Gripping her hand, Jonah leaned in. He steeled himself and made full eye contact. The dead couldn’t see, but if he avoided looking his subject in the eye, he felt like a coward.
‘You’re safe, Alice,’ he said. His voice was calm and warm.
The chest fell as Alice exhaled. Sounds of popping, and of tissue coming unstuck, came from her. She inhaled again.
‘No…’ she said. Her voice was full of despair, and this was a bad sign. He needed indignation, not self-pity.
He paused, uncertain whether she was aware of her situation. It was more common in adult subjects; sometimes they simply didn’t know they were dead. A refusal to accept it could bring the revival to an abrupt end, a rapid onset of incoherence, then silence.
‘Do you know where you are, Alice?’ he asked.
‘My office.’ Her tone, her sense of loss. He could tell: she knew what had happened, and was understandably afraid.
‘Please, let me go,’ she said. Jonah halted, a painful memory surfacing. He had heard those words often enough since, but they still made him pause.
‘I will, but there are questions I have to ask. What happened here, Alice? What happened to you?’
Alice exhaled, but said nothing. Precious seconds slipped past. Jonah knew how agitated the observers would be, watching their key witness flounder, knowing time was short, but he was patient. At last, the chest moved again, and she inhaled.
‘Please, let me go,’ she said.
Jonah considered his options for a moment, then chose another tack. He made his voice cold, stern.
‘Tell me what happened, Alice. Then I’ll let you go.’
‘We want to catch who did this, but you need to help me.’
Still no reply. He decided to risk scolding her.
‘Don’t you care what’s been done to you?’
He sensed anger forming, outrage congealing from her despair.
‘I was alone,’ she said. ‘The building was empty. I was working. The door opened.’ She inhaled, then paused. With each breath she took, with each pause she had now, there was a risk of it being a final silence. He needed her to keep talking, her breaths momentary delays. Time was running out.
Yet he had to take care, not push too hard. He waited a few seconds before prompting. ‘What time was it?’
‘Eleven. Just after. I asked him what he was doing here.’
‘Who was it, Alice?’
‘He said George had let him in but George had gone hours ago.’
‘Who was it, Alice?’
‘He’d been crying, I could tell; blood on his hand, he saw me notice and hid it behind his back.’
‘Who was the man, Alice?’ He was anxious to get the name, in case she stopped. The details could wait.
‘I said something about the door, to distract him. He looked away, and I tried to use the phone. I knew I was in trouble.’
She stopped, not inhaling this time.
‘Who was the man, Alice? What’s his name?’ He heard one of the observers swear, and felt like doing so himself. Then Alice inhaled again, more deeply than before. Her back slid several inches along the wall, making Jonah flinch.
Reluctant, he moved closer, and reached around with his right arm to cradle her. He pushed his knee hard against her legs, supporting her enough to prevent her slipping out from the wall. He was brutally aware of her injuries now. A splinter of rib dug painfully into his forearm. He could feel her breath on his face as she spoke.
‘He saw my hand on the phone. He moved fast, and wrenched it off the table. He hit me hard, the side of my head. I fell. He picked me up – threw me. The rage on his face, I asked him please, please.’ And then, to Jonah: ‘Please, let me go.’ She stopped again.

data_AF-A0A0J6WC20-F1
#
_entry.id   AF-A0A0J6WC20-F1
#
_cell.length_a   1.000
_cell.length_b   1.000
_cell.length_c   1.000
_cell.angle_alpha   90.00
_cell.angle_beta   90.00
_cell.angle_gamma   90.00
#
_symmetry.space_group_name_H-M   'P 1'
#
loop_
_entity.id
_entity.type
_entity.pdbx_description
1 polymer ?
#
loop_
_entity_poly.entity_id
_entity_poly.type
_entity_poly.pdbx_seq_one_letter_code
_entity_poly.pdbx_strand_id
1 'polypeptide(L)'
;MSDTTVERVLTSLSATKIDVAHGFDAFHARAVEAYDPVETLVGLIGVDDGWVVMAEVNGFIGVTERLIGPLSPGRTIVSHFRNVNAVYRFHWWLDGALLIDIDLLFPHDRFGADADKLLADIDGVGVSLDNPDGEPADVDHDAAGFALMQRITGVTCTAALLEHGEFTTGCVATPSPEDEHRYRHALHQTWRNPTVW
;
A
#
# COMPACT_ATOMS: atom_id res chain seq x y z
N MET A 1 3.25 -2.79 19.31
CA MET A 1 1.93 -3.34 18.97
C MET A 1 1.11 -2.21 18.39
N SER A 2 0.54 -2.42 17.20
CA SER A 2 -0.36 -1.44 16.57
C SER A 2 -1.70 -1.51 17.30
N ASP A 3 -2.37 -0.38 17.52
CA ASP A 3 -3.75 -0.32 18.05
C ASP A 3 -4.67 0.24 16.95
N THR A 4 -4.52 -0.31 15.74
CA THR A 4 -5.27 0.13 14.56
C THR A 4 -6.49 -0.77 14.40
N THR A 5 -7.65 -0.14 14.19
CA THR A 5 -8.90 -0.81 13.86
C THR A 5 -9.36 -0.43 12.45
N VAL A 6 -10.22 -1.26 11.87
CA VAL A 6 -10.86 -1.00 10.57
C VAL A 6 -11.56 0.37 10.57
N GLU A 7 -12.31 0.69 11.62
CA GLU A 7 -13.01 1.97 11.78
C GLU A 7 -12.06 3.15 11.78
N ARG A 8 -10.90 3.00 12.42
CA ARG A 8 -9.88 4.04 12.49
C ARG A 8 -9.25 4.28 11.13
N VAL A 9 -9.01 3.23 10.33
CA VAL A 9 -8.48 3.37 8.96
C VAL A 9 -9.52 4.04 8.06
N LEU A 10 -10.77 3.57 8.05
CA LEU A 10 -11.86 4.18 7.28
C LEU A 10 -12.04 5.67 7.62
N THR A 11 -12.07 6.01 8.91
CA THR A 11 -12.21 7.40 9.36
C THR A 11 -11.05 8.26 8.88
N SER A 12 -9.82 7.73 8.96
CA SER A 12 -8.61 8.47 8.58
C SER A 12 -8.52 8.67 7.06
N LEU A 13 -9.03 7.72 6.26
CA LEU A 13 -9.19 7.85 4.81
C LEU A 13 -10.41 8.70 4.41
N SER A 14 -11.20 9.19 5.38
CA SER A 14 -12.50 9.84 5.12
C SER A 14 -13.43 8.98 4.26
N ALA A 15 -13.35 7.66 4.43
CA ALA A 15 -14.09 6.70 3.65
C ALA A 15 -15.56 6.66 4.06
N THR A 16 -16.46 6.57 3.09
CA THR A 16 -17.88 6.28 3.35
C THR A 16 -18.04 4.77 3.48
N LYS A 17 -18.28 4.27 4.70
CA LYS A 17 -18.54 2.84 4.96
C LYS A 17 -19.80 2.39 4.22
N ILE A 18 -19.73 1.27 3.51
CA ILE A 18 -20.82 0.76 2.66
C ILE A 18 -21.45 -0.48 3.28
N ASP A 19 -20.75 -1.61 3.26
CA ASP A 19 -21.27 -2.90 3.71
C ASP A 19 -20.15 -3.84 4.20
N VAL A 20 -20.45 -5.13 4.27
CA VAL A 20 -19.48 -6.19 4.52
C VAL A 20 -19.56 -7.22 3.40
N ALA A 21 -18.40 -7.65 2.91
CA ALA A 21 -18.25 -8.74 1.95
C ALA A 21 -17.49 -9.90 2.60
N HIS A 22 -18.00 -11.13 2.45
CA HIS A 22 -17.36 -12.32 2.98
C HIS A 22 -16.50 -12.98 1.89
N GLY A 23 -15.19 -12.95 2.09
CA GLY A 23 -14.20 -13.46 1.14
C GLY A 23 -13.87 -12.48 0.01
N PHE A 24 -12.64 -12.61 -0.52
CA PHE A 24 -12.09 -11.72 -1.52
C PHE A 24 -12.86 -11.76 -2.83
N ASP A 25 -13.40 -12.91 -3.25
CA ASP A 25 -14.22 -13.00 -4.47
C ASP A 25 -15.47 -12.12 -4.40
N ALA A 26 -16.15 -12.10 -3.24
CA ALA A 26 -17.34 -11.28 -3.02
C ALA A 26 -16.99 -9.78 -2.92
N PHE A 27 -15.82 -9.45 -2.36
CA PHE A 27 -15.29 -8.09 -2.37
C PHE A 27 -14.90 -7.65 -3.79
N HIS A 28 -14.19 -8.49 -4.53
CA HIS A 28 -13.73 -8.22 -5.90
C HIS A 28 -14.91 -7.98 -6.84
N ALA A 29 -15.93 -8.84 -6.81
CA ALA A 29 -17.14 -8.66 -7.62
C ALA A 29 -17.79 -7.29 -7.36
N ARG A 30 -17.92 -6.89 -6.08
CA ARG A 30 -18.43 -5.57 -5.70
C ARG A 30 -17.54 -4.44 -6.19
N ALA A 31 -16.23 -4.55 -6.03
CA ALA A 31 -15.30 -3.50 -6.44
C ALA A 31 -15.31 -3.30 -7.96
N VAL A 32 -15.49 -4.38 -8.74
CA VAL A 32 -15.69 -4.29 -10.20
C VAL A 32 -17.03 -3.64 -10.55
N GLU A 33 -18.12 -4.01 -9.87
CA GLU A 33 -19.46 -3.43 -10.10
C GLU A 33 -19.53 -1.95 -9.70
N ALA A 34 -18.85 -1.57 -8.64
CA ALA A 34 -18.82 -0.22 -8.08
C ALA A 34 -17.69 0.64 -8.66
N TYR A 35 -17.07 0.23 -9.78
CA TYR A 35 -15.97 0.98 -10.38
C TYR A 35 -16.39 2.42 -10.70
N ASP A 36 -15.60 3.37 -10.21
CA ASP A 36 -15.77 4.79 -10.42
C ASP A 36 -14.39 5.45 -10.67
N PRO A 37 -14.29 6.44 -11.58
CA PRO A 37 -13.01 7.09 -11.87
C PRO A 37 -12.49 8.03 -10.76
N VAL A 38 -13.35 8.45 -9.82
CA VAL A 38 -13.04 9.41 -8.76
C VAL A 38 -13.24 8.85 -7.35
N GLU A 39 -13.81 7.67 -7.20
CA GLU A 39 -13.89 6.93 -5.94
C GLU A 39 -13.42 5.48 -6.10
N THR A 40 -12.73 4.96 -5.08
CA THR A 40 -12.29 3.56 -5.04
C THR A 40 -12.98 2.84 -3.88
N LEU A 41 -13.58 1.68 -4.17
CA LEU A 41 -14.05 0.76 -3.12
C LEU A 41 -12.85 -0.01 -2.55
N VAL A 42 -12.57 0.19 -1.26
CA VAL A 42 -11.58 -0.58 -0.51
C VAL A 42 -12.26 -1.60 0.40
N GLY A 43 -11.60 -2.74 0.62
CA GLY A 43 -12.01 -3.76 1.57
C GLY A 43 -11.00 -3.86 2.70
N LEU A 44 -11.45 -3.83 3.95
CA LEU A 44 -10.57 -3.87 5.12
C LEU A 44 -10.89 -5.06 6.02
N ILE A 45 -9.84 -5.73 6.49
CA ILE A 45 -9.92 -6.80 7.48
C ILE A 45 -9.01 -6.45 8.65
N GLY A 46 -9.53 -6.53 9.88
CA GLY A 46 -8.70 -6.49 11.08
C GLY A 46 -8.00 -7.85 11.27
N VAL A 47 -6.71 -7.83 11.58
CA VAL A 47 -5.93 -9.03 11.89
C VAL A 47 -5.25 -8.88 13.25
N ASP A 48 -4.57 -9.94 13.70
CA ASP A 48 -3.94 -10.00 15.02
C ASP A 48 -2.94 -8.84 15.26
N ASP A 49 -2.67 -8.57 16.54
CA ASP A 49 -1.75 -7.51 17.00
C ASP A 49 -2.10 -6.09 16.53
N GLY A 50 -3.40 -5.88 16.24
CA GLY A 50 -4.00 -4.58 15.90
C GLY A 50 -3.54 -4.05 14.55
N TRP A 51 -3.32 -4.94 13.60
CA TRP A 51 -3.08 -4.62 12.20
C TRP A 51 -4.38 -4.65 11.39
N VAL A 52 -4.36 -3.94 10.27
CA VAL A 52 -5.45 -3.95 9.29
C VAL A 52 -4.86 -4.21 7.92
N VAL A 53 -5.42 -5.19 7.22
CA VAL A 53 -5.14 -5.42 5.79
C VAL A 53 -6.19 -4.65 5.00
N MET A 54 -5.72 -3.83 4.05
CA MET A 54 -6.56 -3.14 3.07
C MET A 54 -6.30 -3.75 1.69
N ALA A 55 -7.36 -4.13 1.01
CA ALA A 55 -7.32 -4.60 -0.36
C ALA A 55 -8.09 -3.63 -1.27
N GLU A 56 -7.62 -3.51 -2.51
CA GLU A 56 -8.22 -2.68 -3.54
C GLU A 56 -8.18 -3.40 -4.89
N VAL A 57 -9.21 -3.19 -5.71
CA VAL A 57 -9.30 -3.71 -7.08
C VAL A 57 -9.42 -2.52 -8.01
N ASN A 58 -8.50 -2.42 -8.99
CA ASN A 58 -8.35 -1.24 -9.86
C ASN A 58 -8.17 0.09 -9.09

‘What was his name, Alice? His name.’
Jonah found himself holding his breath. Fifteen seconds passed. With a suddenness that made him start, she inhaled; he could feel the muscle tear, feel the bones grinding against each other.
‘Roach,’ she said, her voice fading now. She was losing focus, dissipating. ‘Franklin Roach. He lifted the chair. I saw him swing it at my head. So much rage.’
Silence. His intuition told him there would be nothing else. Jonah waited a few moments before speaking to a camera.
‘I think that’s all we get.’
He got a confirmation that it was enough, and then the green camera lights went red as recording stopped.
He turned back to Alice. Silent as she was, she was still present. Release would come the moment he broke physical contact – the moment he let go of her hand.
‘We’ll catch him.’ His voice was tender again. ‘You can rest now.’ He was about to release her when she spoke, a terror and an urgency in her voice.
‘Something’s coming,’ she said. ‘Please, let me go. There’s something coming.’
She was confused. Somehow, she had refocused, and Jonah was reluctant to let her go like this. He wanted to reassure her. The terror she was feeling was considerable, and Jonah had to work hard to keep calm; revivers sensed the emotions of the subject, and as those emotions grew stronger they could prove overwhelming.
‘There’s nothing coming, Alice. You can rest now. It’s over. You can sleep.’
‘Something’s coming … please, let me go!’
‘Alice, it’s OK, it’s OK. You’re safe.’
‘I can’t see it! I can’t see it!’ Her lips barely moved, her voice fading, but to Jonah she was screaming.
‘Alice, you’re safe. Please, you’re—’
‘It’s below me!’ The fear surged, sudden and total. He was frozen now, bewildered and infected by her level of terror. He had an image of darkness beneath him, stalking, circling. ‘Please, please, let me go! Please, it’s…’
Jonah released her hand and lurched away from her. He scrambled back, staring, appalled that his inaction had led to such distress. She had simply been confused; her words were meaningless. He should have let her go at once.
And yet. It hadn’t just been a desire to reassure her that had made him delay. He had felt something. He turned to a camera.
‘Did you get any of that?’ he asked, but there was no response. Nobody was watching. Then the red light on the camera faded and died. Jonah looked at it, puzzled, and saw movement reflected in the blank lens. Movement behind him. He turned back to the corpse. Alice’s head, which had been lolled to one side for the duration of the revival, now twitched and rose. The eyes moved to look at him.
It wasn’t Alice. Jonah had no idea what this thing was, staring back at him. It spoke.
‘We see you,’ it said, and then it was gone.